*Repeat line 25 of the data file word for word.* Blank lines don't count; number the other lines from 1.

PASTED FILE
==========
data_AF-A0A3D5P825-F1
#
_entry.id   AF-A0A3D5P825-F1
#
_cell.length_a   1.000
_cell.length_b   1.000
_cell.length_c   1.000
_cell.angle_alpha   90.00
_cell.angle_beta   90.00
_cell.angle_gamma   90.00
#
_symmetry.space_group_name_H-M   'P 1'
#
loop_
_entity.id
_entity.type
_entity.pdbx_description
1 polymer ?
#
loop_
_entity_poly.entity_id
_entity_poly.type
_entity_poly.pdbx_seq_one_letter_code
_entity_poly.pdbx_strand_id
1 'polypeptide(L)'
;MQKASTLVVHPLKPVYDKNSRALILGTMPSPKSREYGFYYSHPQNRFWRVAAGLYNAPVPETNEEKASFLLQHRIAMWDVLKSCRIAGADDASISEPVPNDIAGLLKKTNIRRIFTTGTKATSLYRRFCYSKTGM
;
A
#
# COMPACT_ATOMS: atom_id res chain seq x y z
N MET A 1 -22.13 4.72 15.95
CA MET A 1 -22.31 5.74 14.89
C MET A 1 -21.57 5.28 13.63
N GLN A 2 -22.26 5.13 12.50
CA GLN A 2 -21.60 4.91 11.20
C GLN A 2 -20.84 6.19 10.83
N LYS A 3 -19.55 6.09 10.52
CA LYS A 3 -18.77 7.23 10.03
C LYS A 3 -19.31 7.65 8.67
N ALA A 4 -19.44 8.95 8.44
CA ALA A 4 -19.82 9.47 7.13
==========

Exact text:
1 'polypeptide(L)'